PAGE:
- Guide To Sicily
The history of southern Sicily has been shaped by a single natural cataclysmic event: the earthquake of 1963 which destroyed dozens of towns.
Out of the rubble rose some of the most fanciful Baroque architecture the world has ever known: churches, palazzi and public squares were reborn in what Unesco called: “the culmination and final flowering of Baroque art in Europe”.
Noto is, quite simply, the apotheosis of Baroque town planning and architecture! Prior to 1693 Noto stood some 10km away from its present site. The earthquake destroyed the old town and a less vulnerable site was chosen for the new town.
Many Sicilian artists cooperated in Noto’s reconstruction, conducted under the supervision of the Duke of Camastra, acting representative of the Spanish viceroy.
The new town was built like a stage set: its perspective were enhanced with curvaceous forms and curvilinear accents in facades, decorated brackets and keystones, curlicues and volutes, masks, cherubs and balconies with wrought-iron railings.
The main axis is Corso Vittorio Emanuele, which runs through three piazzas, each with its own church.
Piazza Municipio is the buisiest and most majestic of the three squares, overlooked on the left by the eye-catching elevation of the Palazzo Ducezio and on the right by the flight of steps to the cathedral entrance, with its broad and decorated façade.
Don’t miss a visit to Palazzo Nicolaci: the richly carved brackets are ornamented with fantastical cherubs, horses, mermaids and lions, grotesque figures including one, in the centre, with an exaggerated snub nose and big lips.
Come in May in Noto! You will enjoy the spring festival which culminates in the famous Infiorata in via Nicolaci. Towards the middle of may the locals recreate brilliantly coloured tableaux of flowers composed entirely of petals inside the doorways of the palazzi. The cobblestones of the street are transformed into a giant canvas of petals to form designs which vary from year to year.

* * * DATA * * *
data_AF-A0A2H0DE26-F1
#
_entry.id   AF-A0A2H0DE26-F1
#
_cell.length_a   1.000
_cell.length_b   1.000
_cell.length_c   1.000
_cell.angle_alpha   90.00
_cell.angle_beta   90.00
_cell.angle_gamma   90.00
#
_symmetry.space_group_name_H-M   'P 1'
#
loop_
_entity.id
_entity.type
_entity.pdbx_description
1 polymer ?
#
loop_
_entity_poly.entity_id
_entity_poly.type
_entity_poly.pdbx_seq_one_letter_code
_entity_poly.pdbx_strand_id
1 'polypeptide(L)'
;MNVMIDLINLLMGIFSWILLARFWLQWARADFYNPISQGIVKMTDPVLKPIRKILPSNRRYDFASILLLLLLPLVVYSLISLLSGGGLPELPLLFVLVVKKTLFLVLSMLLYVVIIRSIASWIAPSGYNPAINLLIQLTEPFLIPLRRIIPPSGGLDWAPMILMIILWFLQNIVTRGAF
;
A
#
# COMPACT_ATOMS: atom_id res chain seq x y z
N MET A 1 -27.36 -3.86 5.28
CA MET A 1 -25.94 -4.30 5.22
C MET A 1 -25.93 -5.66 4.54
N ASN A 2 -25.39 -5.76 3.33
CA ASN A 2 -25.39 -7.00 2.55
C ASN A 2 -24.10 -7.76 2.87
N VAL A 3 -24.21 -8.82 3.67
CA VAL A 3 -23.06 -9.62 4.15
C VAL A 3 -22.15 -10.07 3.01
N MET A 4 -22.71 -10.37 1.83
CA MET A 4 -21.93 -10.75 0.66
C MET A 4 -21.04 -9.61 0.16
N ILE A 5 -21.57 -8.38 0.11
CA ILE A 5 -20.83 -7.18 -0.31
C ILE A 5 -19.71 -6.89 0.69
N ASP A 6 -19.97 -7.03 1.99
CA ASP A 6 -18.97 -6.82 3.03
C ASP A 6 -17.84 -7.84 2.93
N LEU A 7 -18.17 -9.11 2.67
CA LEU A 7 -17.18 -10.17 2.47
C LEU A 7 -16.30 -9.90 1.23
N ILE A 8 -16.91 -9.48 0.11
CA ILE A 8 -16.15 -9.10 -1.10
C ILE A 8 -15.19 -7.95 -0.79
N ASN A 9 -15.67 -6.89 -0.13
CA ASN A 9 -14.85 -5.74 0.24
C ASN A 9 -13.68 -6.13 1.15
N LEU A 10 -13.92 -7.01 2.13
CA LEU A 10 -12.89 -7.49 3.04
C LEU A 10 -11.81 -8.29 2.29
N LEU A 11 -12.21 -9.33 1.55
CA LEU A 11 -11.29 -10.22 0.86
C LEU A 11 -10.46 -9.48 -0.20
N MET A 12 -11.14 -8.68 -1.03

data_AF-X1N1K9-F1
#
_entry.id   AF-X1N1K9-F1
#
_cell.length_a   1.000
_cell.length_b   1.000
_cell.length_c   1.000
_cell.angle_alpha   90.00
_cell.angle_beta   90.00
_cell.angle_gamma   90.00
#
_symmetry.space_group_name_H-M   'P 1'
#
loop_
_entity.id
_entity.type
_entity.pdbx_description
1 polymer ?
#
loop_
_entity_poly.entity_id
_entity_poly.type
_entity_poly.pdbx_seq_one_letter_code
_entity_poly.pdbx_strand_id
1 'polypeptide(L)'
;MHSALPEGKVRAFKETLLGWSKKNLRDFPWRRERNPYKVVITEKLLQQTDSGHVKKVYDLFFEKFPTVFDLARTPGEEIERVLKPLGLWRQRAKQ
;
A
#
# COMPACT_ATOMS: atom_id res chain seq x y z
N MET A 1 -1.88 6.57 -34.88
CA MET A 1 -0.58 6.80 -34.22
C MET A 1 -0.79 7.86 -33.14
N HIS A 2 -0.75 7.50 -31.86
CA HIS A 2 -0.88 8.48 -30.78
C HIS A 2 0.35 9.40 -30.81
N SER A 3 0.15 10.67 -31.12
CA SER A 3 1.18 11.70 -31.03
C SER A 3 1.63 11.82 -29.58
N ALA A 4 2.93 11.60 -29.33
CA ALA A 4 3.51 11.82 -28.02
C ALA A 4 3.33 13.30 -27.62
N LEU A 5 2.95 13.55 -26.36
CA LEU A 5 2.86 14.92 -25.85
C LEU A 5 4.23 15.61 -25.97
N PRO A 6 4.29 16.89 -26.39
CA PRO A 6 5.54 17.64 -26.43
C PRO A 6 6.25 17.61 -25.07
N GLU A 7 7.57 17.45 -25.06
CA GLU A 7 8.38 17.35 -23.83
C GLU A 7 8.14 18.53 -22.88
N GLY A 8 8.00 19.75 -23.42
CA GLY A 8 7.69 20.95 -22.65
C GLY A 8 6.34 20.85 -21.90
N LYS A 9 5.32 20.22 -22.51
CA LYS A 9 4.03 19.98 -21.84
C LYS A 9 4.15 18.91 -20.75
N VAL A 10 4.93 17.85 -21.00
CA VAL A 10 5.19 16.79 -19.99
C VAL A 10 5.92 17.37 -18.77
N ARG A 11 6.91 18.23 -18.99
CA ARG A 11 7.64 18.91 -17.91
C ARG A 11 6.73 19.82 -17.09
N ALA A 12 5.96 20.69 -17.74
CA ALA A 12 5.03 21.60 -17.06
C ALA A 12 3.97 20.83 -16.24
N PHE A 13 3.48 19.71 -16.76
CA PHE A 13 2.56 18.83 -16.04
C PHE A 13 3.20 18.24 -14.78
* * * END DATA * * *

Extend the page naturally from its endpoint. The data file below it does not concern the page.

Not far from this area there are amazing coasts and nature reserve. Descend into the Cava Grande Gorge and take a refreshing swim in the natural rock pools at the bottom! From above, there is a magnificent view over the Cava plunging between sheer limestone cliffs. The river winds along the valley bottom, opening out intermittently to make a succession of tiny lakes. On the other hand, you can also visit the Riserva Naturale di Vendicari, created in 1984. It consists of a strip of marshy coastline which provides a rare and protected habitat for migratory species and a variety of sand-loving Mediterranean vegetation.
Lovely fishing towns are Capo Passero, Pozzallo, a sleepy hamlet that lies on the edge of a long beach Marzamemi, Pachino. The coast to the south of Syracuse has a number of attractive sandy beaches, such as Arenella, with its stretches of rocky coastline and picturesque creeks; Fontane Bianche and San Lorenzo, the most beautiful beaches in the area!